2015/6 (November–January). Dragonfly Group Ltd: Consultant palaeontologist for a series of children’s dinosaur books (‘What’s so Special about?), authored by Nicky Dee

What’s so Special about? A series of children’s dinosaur books written by Nicky Dee and advised by Dean (March, 2016).

The first part of the series includes four books – see here: special dinosaurs. Each book focuses on one dinosaur, with facts and figures specific to that dinosaur, e.g. when it lived, special features, where the fossils have been found and by whom. As the scientific consultant for the books, this entailed a three-wave review: a). assessment and review of the first draft of each book, including: fact-checking the scientific accuracy, checking that the content involved was dinosaur-appropriate and, where necessary, advising alternative information or offering additional advice/tweaks in order to progress each book; b). collaborating with the consultant artist (Gary Hanna) to create the most scientifically accurate life reconstructions of dinosaurs; from stage 1 to final version. This included providing Gary with references for each dinosaur, with specific comments, e.g. length of the tail, position of the manus (hand), structure of the feathers etc., and the dinosaurs environment; c). review of final books to ensure that scientific content and information had been integrated accordingly.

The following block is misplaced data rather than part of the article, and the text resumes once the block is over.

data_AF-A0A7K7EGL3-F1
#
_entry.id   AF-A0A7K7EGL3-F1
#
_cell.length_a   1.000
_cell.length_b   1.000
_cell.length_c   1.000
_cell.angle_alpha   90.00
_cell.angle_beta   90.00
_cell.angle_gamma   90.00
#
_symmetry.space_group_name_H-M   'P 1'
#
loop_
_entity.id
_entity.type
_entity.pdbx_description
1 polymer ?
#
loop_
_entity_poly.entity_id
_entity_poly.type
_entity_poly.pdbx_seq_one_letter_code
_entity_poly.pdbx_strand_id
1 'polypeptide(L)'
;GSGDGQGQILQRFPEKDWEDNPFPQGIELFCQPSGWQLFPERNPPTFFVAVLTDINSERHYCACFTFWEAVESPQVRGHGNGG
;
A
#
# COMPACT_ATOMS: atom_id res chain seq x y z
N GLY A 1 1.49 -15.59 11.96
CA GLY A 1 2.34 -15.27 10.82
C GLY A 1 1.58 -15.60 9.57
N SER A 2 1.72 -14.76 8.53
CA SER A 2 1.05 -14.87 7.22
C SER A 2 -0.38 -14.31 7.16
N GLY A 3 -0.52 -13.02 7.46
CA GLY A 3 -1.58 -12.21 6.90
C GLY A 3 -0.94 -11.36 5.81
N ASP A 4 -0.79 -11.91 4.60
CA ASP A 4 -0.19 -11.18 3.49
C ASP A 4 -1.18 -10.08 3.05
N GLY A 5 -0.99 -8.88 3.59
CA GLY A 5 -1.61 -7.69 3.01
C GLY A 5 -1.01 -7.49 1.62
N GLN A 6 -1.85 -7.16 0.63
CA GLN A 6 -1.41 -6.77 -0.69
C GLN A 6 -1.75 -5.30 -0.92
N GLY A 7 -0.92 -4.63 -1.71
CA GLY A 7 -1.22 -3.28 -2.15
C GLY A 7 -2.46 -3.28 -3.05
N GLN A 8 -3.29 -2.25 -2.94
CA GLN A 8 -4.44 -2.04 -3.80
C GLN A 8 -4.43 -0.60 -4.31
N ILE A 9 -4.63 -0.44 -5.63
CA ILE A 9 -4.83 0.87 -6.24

2015 (March–August). Maverick TV (for ITV): Series advisor and on-screen expert presenter for Dinosaur Britain


Examining a large portion of limb bone, belonging to a very large pliosaur, as part of the Abingdon work (May, 2014).
Exhibition
Examining a large portion of limb bone, belonging to a very large pliosaur, as part of the Abingdon work (May, 2014).